Josh Stein, Attorney General of North Carolina (pictured), has succeeded in brokering an agreement between the USA’s 12 largest telephone companies and 51 state Attorneys General on how they will work together to reduce robocalling, the virulent form of automated nuisance calling that has surged to unprecedented levels. Speaking on America’s National Public Radio (NPR), Josh announced the adoption of common principles by the most important US telcos:
There are eight principles in all. Some of them have to do with preventing calls coming in. Some have to do with aiding state attorneys general and other regulators to enforce the law.
What we need to effectively end robocalls is all carriers have to do all of these things. And that’s what we’re trying to do is lift the entire industry’s performance to a higher level. And then through cooperation with the private sector and law enforcement, we can put a dent in these robocalls.
Put simply, the eight principles are:
- Offer free call blocking and labeling
- Implement STIR/SHAKEN
- Analyze and monitor network traffic
- Investigate suspicious calls and calling patterns
- Confirm the identity of commercial VoIP customers
- Contractually require other telcos to cooperate with tracing the origin of calls
- Dedicate enough resources to give prompt assistance with traceback investigations
- Communicate and cooperate with state Attorneys General
The full wording of the principles can be found here. The formal agreement was backed by the Attorneys General for each US state plus the District of Columbia. The 12 telcos who signed are:
- T-Mobile USA
- U.S. Cellular
Stein is a Democrat politician with a track record for fighting robocalls; in July he launched a petition to stop robocalls. The new agreement was welcomed by the Republican Chairman of the FCC, Ajit Pai:
I salute today’s bipartisan, nationwide effort to encourage best practices for combating robocalls and spoofing and am pleased that several voice service providers have agreed to abide by them. It comes as no surprise to me that these leaders are dedicated to battling this scourge. Indeed, the FCC has a number of agreements with state officials to share information on robocalling and spoofing incidents, and I saw their dedication firsthand when I met with state attorneys general at their Consumer Protection Conference earlier this year.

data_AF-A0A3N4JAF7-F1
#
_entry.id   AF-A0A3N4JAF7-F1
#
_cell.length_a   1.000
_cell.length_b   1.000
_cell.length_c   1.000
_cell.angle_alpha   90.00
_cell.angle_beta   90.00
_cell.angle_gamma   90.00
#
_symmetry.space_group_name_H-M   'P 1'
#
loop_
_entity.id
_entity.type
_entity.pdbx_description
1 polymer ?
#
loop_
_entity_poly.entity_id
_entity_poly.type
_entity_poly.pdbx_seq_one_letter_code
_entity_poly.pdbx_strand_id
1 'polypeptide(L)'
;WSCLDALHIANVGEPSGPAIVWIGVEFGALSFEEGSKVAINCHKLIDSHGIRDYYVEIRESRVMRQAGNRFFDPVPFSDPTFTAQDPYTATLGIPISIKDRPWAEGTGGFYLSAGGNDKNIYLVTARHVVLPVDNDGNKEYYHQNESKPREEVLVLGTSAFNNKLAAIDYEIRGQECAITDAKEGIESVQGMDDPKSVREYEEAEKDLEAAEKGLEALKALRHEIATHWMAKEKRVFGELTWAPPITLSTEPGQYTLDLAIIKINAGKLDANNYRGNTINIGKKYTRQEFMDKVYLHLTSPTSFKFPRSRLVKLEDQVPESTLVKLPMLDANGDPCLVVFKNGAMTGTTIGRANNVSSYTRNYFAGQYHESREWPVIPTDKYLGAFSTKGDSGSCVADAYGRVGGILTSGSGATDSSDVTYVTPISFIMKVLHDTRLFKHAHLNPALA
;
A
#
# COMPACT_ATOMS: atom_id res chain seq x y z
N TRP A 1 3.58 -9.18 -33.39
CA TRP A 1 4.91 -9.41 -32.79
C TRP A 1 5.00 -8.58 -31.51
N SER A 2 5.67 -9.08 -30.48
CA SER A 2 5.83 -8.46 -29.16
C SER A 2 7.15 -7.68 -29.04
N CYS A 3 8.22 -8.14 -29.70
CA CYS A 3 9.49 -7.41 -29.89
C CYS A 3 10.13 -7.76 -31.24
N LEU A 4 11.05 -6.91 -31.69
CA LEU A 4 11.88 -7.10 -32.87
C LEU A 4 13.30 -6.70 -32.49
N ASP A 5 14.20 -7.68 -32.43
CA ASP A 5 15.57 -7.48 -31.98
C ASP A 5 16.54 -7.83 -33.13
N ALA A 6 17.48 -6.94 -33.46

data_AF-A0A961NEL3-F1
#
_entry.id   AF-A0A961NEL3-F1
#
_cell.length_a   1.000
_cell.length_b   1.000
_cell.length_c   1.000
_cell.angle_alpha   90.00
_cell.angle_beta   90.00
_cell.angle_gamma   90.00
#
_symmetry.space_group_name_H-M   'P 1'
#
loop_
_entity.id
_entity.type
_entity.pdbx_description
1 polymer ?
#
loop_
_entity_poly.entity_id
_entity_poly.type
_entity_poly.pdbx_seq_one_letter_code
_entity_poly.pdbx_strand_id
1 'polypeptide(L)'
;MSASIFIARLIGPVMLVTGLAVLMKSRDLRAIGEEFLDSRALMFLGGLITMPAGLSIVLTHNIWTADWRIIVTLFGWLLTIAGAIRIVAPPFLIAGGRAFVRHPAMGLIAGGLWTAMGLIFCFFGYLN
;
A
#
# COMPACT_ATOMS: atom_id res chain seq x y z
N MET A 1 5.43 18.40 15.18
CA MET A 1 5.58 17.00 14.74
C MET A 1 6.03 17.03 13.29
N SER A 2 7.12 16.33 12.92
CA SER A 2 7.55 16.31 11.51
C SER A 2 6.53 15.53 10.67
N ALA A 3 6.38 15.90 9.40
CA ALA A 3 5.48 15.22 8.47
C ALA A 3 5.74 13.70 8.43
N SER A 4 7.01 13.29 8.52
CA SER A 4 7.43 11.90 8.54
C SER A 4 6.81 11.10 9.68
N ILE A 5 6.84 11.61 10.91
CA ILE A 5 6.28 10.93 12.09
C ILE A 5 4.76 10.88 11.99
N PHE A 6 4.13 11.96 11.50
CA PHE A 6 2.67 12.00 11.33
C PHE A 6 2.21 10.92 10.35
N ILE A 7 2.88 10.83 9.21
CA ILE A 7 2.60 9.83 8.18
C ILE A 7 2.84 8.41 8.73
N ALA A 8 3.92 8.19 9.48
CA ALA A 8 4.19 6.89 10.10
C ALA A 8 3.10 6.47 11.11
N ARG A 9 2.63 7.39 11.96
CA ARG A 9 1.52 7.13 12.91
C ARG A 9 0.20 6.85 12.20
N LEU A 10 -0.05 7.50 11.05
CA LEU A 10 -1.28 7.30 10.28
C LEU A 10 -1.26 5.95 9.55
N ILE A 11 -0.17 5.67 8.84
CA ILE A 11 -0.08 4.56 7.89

However, Americans must be wary of believing a global problem can be fixed with a national solution. Whilst there is no doubt that many of the robocalls that plague US consumers originate within the country, the rise in nuisance calling is driven by the worldwide fall in the cost of making voice calls. Punishing a spammer who operates their annoying devices within a state like North Carolina may temporarily reduce nuisance calls, but it will inevitably lead others to offshore their robocalling enterprises.
International calls have never been cheaper, and it is much harder to pursue criminals based overseas. This is confirmed by the experience of the Chinese authorities. Since 2016 the Chinese have pursued a forceful campaign of extraditing fraudsters working in foreign call centers, but they nevertheless announced they would intensify their anti-fraud operations during 2019.
It is good to see US lawmakers and telcos working together on a serious problem of common concern. Other countries should follow the lead of the USA. But we should also be mindful of the limits of enforcement, and the reasons why other forms of electronic communication like email will never be free from spam. I anticipate that the number of robocalls will fall as a result of national initiatives like these, then rise again as criminals relocate to countries where they can operate with impunity. STIR/SHAKEN will only authenticate the origin of a call if it has been carried on IP networks from end-to-end, and there is no guarantee that telcos in other countries will adopt the STIR/SHAKEN protocols. Stein rightly observed “there will always be scammers”, and we may be entering a phase where phone fraudsters turn into multinationals.
Click on the following to listen to Stein’s interview on NPR.